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Vidya Saha: For the love of learning

November 14, 2013

“Opportunities won’t come knocking on my door. I have to go out and explore them.”

So says Vidya Saha, who exudes positive, inspiring energy as she settles into her new life in Canada.
She arrived from India just over a year ago (September 2012) “for the betterment of my children’s future.” She encouraged one of her sons to apply to the University of Guelph at the same time as other family members were completing their applications for permanent residency. She fondly remembers that the university accepted all her son’s credits from a year of studies at Delhi University, which allowed him to enter U of Guelph in second year. Another son with a graduate degree in engineering is now gaining Canadian experience in a job related to his field.

As her sons find their way in Guelph, Vidya, a school teacher with 17 years of teaching experience, is actively exploring opportunities that build on her passion for teaching. After working in a “survival job” during her first three months in Canada, she realized that she “wasn’t going in the right direction,” and decided to complement her international education with a Canadian diploma. Vidya enrolled in a Teaching English as a Second Language (TESL) program in Mississauga, which she’ll be completing in November. And the busy woman is also taking interpreter training through Immigrant Services – Guelph Wellington!

But she’s also clearly passionate about volunteering, which she feels is helping her gain Canadian experience and build a social network. She has been involved with Project Wisdom (a program hosted by Immigrant Services that focuses on senior immigrants’ issues), for which she staged a play at the University of Guelph called Old is Gold. And starting November 9, she will be conducting yoga classes at Immigrant Services (926 Paisley Rd) on Saturdays from 3:30-5:00 pm, and providing English practice opportunities at the same time. She was also a volunteer yoga teacher at the YMCA-YWCA for three months, and recently translated a Robert Munsch story in Hindi on video for the Guelph Public Library.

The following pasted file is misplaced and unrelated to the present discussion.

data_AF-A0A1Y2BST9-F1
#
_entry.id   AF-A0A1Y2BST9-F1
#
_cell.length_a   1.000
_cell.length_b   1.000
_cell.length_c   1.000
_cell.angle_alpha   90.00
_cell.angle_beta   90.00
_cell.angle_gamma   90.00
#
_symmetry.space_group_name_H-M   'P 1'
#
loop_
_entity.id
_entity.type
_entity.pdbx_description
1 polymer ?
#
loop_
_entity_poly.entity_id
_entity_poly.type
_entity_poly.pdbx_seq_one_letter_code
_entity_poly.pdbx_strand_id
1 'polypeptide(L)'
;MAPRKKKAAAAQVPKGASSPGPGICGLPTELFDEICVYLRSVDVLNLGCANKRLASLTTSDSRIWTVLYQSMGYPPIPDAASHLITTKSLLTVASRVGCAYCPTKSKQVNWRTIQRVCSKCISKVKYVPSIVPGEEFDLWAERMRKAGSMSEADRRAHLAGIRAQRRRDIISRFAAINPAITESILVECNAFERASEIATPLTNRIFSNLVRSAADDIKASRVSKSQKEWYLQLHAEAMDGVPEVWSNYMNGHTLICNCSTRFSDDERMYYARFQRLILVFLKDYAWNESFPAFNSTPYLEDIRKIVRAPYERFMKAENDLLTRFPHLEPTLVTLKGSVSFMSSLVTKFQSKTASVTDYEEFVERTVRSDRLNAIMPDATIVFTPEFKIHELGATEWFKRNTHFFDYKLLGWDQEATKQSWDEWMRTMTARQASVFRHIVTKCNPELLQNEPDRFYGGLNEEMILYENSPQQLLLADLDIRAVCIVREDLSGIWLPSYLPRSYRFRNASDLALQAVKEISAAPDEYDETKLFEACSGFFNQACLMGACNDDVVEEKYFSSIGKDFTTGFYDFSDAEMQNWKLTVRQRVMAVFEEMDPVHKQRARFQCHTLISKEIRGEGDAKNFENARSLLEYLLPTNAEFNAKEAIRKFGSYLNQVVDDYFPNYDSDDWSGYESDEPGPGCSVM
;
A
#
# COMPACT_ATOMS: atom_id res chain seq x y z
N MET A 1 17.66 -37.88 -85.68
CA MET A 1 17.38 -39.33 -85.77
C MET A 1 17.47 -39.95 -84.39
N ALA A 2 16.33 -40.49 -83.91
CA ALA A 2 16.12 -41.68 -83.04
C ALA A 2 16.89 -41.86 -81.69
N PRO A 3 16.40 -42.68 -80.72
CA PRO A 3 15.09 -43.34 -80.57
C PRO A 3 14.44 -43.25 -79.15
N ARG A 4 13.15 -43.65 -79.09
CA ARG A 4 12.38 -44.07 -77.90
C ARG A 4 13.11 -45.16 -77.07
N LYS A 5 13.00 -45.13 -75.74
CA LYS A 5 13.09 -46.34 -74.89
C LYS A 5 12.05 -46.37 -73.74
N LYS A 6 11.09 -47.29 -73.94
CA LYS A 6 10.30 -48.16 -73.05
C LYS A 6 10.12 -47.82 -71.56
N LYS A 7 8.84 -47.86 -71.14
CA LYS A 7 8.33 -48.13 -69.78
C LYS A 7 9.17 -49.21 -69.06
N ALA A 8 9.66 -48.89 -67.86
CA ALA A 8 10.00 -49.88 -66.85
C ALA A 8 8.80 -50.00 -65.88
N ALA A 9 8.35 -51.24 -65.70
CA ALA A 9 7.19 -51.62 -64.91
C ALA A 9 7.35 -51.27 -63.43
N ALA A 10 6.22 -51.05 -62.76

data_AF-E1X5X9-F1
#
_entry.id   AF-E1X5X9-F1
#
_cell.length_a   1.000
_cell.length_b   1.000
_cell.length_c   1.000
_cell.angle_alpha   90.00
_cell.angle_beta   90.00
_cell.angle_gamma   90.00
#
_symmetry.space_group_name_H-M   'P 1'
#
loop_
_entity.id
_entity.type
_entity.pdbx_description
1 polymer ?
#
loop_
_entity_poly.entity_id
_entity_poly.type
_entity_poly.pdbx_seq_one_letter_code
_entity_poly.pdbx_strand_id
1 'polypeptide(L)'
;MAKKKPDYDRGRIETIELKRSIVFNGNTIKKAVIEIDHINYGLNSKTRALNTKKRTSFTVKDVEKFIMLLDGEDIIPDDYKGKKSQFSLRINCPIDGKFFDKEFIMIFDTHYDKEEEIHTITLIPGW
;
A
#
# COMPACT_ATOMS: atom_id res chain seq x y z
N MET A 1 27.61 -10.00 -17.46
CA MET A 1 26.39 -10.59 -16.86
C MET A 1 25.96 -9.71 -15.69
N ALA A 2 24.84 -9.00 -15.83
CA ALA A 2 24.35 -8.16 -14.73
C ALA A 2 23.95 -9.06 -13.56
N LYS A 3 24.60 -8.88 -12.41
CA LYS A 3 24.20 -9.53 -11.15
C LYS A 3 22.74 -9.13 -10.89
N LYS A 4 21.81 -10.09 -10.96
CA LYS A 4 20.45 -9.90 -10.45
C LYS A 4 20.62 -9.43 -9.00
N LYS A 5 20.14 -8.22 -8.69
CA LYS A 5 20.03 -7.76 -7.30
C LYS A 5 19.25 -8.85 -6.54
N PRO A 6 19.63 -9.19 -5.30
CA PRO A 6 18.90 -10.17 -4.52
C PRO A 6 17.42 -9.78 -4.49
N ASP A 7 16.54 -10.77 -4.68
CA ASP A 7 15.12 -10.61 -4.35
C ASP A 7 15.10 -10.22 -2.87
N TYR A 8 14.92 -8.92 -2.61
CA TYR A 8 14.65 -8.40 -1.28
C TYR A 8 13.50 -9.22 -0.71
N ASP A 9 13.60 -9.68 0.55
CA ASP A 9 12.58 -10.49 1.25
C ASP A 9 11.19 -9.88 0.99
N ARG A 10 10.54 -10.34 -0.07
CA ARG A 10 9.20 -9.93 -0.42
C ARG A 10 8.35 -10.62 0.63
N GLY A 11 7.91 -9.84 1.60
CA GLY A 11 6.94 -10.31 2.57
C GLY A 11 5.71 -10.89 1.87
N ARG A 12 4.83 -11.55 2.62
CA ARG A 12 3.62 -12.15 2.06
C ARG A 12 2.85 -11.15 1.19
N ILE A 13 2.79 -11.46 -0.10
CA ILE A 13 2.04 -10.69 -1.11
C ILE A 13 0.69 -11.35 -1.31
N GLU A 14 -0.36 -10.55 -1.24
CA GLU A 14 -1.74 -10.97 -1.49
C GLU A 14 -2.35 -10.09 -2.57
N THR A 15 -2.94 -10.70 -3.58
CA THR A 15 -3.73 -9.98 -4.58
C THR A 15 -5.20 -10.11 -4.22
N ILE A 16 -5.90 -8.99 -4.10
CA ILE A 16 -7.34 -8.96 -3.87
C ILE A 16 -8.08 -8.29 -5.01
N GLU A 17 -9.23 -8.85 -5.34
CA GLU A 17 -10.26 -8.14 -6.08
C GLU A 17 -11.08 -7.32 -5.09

Vidya’s social personality is obvious when she is asked what advice she would give to other newcomers: “Go out and talk to people, mingle.” She also feels that immigrants shouldn’t compromise and do work they don’t want to do just to survive. But this means, she says, that immigrants should get to know more about Canada before taking the final leap. “Do your homework well before you land,” she advises. While Vidya acknowledges that life hasn’t been easy since she arrived, she also says that “nothing good comes easy,” and that immigrants should always seek information about services and opportunities rather than isolate themselves.

Vidya sees lack of language skills as the biggest barrier for immigrant integration, which explains her interest in pursuing TESL and interpretation training. She has some advice that applies equally to both immigrants AND various levels of government in Canada: “Invest in language instruction.” Immigrants need to invest time and effort to learn English well, and governments need to invest in more language training services.

Guelph-Wellington Local Immigration Partnership

Guelph-Wellington Local Immigration Partnership